Event Detail


Hunting with Eagles

Palani Mohan
Tuesday, 21 Feb 2017
Complimentary Drinks Reception 6.30 pm; Lecture 7.30 pm
Macquarie Securities, Level 22, One International Finance Centre, 1 Harbour View Street, Central

The Royal Geographical Society is pleased to welcome Australian photographer Palani Mohan to speak on "Hunting with Eagles".  In this lecture, Mr Mohan tells of the wild mountains of western Mongolia, where temperatures drop to -40°C in winter and only the toughest survive.  Here he embarked on an ambitious project to document the amazing Altai Kazakh eagle hunters. 

The Altai Kazakhs are unique in their hunting tradition.  The hunters trek up a mountain on horseback, holding golden eagles.  Then from the ridges, they wait and watch until prey is spotted, then the hunter charges towards it and the eagle swoops in for the kill.  In a project spanning five years, Mr Mohan visited these extraordinary and photogenic people, who he describes with admiration and vivid photography.  He tells a story of a beautiful yet brutal landscape, a strong and hardy breed of hunters and the remarkable bond they develop with their eagles.

The golden eagles that live in the high Altai Mountains, in far-western Mongolia, build their nests in the crags of the area’s rugged peaks.  Hunters belonging to traditional nomadic clans from the country’s Khazakh minority climb up to these crevices to capture the birds at around five months old, which is young enough to be pliable to human company and training to hunt.  Sometimes, the hunters catch eagles of about 5 years, which are already accomplished hunters but need to get accustomed to human company.  The eagles are domesticated, fed by hand and live with the hunters’ families for years.  Then, 10 or 15 years’ later, the hunters let them back into the wild to breed.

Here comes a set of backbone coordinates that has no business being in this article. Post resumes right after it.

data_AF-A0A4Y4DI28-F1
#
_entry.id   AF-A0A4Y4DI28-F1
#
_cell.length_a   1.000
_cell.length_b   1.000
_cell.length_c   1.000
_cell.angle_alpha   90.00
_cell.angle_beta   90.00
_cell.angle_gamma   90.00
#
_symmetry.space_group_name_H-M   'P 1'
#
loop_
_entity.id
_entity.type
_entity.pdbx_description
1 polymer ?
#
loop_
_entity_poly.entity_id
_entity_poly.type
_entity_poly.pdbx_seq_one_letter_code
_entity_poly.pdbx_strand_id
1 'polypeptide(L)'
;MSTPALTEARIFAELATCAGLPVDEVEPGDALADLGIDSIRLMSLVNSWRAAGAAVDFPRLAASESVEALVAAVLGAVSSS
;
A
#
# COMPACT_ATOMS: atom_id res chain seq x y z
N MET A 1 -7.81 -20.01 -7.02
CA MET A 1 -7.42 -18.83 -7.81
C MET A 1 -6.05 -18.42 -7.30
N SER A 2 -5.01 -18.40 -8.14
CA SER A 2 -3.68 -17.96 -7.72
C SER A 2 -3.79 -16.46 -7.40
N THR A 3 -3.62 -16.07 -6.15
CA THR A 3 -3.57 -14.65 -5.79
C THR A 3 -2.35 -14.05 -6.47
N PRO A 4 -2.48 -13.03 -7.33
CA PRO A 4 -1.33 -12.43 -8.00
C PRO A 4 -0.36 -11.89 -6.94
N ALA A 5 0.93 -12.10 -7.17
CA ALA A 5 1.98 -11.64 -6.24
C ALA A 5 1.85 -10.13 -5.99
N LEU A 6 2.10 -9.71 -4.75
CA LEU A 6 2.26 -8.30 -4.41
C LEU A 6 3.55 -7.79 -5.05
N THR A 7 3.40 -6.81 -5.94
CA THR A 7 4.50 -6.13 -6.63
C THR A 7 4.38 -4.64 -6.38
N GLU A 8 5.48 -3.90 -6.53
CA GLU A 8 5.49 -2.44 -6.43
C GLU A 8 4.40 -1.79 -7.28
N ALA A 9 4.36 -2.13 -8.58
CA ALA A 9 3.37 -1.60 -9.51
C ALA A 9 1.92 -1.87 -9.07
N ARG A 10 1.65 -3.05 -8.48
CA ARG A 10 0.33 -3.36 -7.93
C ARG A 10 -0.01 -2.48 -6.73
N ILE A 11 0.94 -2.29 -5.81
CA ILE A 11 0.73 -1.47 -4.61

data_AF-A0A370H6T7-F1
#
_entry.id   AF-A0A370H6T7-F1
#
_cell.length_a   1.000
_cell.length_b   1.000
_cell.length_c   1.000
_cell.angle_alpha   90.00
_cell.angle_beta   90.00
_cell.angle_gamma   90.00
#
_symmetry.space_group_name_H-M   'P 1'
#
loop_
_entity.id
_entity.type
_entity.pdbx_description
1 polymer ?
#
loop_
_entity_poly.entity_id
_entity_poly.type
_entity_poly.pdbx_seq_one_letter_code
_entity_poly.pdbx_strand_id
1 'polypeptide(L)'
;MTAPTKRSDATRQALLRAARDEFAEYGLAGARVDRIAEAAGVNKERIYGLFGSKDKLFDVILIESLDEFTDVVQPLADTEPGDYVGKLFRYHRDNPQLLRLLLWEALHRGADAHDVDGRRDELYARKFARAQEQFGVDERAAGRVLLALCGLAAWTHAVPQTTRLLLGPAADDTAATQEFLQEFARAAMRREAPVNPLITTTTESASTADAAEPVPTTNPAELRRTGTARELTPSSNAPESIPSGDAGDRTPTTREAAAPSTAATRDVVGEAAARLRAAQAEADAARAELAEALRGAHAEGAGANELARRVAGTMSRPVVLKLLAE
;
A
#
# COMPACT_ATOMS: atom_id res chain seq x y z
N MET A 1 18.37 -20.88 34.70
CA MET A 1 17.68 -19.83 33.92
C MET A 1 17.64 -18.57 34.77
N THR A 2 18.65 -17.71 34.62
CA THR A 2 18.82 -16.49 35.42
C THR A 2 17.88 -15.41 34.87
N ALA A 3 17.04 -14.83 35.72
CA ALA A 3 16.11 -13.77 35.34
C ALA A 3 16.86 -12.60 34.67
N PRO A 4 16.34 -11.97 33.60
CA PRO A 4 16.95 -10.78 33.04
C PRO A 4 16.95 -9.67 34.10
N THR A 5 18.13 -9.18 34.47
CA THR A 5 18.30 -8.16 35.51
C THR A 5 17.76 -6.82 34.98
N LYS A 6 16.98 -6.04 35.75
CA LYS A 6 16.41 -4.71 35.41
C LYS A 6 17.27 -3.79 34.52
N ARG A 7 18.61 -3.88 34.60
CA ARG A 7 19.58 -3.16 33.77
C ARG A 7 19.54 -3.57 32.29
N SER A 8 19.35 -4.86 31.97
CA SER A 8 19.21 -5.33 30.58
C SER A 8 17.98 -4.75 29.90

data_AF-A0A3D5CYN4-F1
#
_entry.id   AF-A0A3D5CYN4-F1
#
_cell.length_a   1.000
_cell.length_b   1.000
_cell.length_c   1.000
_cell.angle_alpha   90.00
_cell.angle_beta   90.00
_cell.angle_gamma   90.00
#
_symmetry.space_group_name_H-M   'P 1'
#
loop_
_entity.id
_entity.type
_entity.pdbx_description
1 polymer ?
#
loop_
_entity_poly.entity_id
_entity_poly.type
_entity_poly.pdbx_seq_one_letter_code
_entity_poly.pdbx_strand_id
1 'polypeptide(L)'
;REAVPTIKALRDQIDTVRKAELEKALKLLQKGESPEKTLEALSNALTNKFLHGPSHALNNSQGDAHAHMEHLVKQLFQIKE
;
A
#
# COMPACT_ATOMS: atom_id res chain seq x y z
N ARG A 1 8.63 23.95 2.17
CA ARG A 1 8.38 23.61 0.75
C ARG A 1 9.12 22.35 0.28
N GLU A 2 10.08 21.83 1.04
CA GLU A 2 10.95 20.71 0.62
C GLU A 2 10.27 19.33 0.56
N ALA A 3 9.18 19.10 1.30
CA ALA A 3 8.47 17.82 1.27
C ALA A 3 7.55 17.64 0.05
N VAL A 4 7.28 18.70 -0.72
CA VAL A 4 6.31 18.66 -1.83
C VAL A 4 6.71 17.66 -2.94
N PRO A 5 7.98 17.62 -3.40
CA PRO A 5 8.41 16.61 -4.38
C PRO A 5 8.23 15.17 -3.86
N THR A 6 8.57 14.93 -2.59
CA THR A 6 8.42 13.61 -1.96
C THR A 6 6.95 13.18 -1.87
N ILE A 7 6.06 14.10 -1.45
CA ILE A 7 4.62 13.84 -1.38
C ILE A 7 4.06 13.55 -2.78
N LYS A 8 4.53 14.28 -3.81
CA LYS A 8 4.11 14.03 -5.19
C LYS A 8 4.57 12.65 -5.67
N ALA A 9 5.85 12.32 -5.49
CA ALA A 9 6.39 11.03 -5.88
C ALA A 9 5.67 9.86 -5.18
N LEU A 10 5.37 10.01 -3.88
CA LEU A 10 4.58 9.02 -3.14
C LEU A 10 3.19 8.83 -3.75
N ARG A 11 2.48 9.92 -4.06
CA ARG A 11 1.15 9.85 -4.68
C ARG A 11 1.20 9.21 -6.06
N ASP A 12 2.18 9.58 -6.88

To hunt, the men take their eagles high into the mountains so that they can scan the valleys below for foxes and other animals, which the eagles fly down to catch.  Only female birds are used, because they are larger, with an eight-foot wingspan, and are fiercer hunters.  In the lecture, Mr Mohan’s photos vividly illustrate the rugged, rocky landscape, the men’s fabulous fur coats and hats, the birds look dinosaur-like wild eyes, and the eagles sitting calmly and alert on the hunters’ arms during a hunt. 

Palani Mohan is an award-winning freelance photographer based in Hong Kong.  In 1985, he won a cadetship with the Sydney Morning Herald newspaper and spent the next 10 years as a staff photographer covering news and sports.  His work has been published by many of the world’s leading publications including National Geographic, Stern Magazine and Time Magazine. He is the author of five books, including on the Eagle Hunters of Mongolia, which was published in September 2015.  His work is part of the collection of the National Portrait Gallery in London and his images have been shown widely around the globe including at the prestigious Visa Pour L’Image in Perpignan, France.  Mr Mohan has won awards from the World Press Foundation, Pictures of the Year International and the International Olympic Committee.

Members of the RGS, their guests and others are most welcome to attend this event, which is HK$150 for RGS Members and HK$200 for guests and others, including a complimentary glass of red or white wine.

The Royal Geographical Society - Hong Kong wishes to express its thanks to Macquarie Securities for its generous assistance with this event.

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